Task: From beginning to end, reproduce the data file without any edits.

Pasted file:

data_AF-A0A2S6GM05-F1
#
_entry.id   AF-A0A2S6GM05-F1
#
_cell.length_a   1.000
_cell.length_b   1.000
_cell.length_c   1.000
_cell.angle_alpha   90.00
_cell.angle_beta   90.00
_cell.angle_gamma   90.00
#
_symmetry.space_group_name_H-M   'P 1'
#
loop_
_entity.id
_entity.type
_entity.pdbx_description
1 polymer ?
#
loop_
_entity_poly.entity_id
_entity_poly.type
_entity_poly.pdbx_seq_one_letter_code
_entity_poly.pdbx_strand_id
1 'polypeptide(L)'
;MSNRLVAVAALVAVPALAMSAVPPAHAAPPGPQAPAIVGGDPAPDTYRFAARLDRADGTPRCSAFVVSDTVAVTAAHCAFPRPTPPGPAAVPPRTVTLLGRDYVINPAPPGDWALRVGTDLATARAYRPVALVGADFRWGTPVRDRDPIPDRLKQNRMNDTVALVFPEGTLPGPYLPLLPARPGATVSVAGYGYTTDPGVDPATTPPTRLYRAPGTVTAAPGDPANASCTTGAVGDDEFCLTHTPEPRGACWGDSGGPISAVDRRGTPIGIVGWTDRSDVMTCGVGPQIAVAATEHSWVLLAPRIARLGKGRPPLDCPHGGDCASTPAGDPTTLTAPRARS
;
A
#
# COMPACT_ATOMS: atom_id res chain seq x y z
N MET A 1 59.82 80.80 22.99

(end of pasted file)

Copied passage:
data_AF-A0A2S6GM05-F1
#
_entry.id   AF-A0A2S6GM05-F1
#
_cell.length_a   1.000
_cell.length_b   1.000
_cell.length_c   1.000
_cell.angle_alpha   90.00
_cell.angle_beta   90.00
_cell.angle_gamma   90.00
#
_symmetry.space_group_name_H-M   'P 1'
#
loop_
_entity.id
_entity.type
_entity.pdbx_description
1 polymer ?
#
loop_
_entity_poly.entity_id
_entity_poly.type
_entity_poly.pdbx_seq_one_letter_code
_entity_poly.pdbx_strand_id
1 'polypeptide(L)'
;MSNRLVAVAALVAVPALAMSAVPPAHAAPPGPQAPAIVGGDPAPDTYRFAARLDRADGTPRCSAFVVSDTVAVTAAHCAFPRPTPPGPAAVPPRTVTLLGRDYVINPAPPGDWALRVGTDLATARAYRPVALVGADFRWGTPVRDRDPIPDRLKQNRMNDTVALVFPEGTLPGPYLPLLPARPGATVSVAGYGYTTDPGVDPATTPPTRLYRAPGTVTAAPGDPANASCTTGAVGDDEFCLTHTPEPRGACWGDSGGPISAVDRRGTPIGIVGWTDRSDVMTCGVGPQIAVAATEHSWVLLAPRIARLGKGRPPLDCPHGGDCASTPAGDPTTLTAPRARS
;
A
#
# COMPACT_ATOMS: atom_id res chain seq x y z
N MET A 1 59.82 80.80 22.99